* In case you missed this on Friday night: "The special counsel investigating possible ties between President Donald Trump's campaign and Russia's government has taken over a separate criminal probe involving former Trump campaign chairman Paul Manafort, and may expand his inquiry to investigate the roles of the attorney general and deputy attorney general in the firing of FBI Director James Comey, The Associated Press has learned."

* On a related note: "Special Counsel Robert Mueller is already closely managing the Russian election meddling investigation he was appointed to oversee, receiving daily briefings and weighing in on investigative tactics, a spokesman told NBC News Friday."

* This one's also worth watching: "The White House and a Russian state-owned bank have very different explanations for why the bank's chief executive and Jared Kushner held a secret meeting during the presidential transition in December."

* Another promise that's likely to be broken: "Mr. Trump has pledged to overhaul the [nuclear] arsenal, which he has called obsolete. But his challenge is growing: The first official government estimate of the project, prepared by the Congressional Budget Office and due to be published in the coming weeks, will put the cost at more than $1.2 trillion -- 20 percent more than the figure envisioned by the Obama administration."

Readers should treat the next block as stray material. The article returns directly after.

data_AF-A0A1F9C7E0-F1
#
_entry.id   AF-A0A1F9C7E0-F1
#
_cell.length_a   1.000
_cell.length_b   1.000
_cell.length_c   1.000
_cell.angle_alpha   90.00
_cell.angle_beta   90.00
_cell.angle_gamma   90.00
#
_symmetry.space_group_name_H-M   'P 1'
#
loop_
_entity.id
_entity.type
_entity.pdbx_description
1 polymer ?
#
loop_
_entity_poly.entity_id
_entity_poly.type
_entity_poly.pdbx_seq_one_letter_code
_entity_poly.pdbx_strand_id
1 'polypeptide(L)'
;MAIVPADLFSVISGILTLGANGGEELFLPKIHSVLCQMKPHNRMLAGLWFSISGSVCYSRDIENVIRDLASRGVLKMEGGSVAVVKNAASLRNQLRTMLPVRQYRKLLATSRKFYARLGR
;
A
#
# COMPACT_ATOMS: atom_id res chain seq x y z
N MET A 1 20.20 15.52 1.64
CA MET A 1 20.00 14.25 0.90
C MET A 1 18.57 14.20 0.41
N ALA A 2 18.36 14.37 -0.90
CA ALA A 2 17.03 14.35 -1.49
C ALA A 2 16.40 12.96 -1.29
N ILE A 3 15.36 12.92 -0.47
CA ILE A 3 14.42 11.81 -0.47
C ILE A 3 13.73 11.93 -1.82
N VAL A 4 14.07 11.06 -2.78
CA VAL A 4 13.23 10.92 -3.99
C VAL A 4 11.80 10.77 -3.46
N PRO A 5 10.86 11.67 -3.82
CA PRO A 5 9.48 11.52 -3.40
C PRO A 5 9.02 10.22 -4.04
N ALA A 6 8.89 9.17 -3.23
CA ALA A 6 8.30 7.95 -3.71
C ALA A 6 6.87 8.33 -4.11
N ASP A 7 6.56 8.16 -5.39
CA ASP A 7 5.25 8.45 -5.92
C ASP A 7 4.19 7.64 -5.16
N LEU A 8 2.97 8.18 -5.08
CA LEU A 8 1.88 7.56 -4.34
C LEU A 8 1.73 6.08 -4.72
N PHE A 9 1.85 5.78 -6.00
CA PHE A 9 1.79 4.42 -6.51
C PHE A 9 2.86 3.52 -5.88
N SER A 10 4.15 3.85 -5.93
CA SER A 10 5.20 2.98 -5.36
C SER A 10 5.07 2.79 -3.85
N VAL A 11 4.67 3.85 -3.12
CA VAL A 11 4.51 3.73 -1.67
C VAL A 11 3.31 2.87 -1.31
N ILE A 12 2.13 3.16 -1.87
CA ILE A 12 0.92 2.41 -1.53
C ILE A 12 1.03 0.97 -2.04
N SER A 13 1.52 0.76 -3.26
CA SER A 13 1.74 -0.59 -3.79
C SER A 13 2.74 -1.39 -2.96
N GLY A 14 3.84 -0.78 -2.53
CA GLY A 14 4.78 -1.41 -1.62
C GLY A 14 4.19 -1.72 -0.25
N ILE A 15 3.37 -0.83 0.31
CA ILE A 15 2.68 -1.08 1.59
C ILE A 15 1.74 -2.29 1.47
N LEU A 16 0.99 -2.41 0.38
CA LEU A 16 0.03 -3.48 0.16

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London Mayor Sadiq Khan attends Yom HaShoah, the Jewish Community's Holocaust Remembrance Day, at the Barnet Copthall Stadium on May 8, 2016 in London, England. (Photo by Jack Taylor/Getty)

White House pretends Trump didn't 'pick a fight' with London mayor

06/05/17 04:09PM

At the White House press briefing today, Deputy Press Secretary Sarah Huckabee Sanders was asked a very good question: "Why is [Donald Trump] picking a fight with the mayor of London right after his city was hit with a terrorist attack?" As TPM's report makes clear, the president's spokesperson didn't have much of an answer.

"I don't see that the president is picking a fight with the mayor of London at all," Sanders replied to [ABC News' Jonathan Karl]. "I think, again, the president's point is something he said, frankly, back -- it's been almost two years now, a year and a half ago, when the president talked about how we have to be more committed to national security."

The reporter noted in response that the president, by taking London Mayor Sadiq Khan's words out of context, "directly misrepresented" what was said. Sanders replied, "I don't think that's actually true."

It is actually true.

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About The Rachel Maddow Show

Launched in 2008, “The Rachel Maddow Show” follows the machinations of policy making in America, from local political activism to international diplomacy. Rachel Maddow looks past the distractions of political theater and stunts and focuses on the legislative proposals and policies that shape American life - as well as the people making and influencing those policies and their ultimate outcome, intended or otherwise.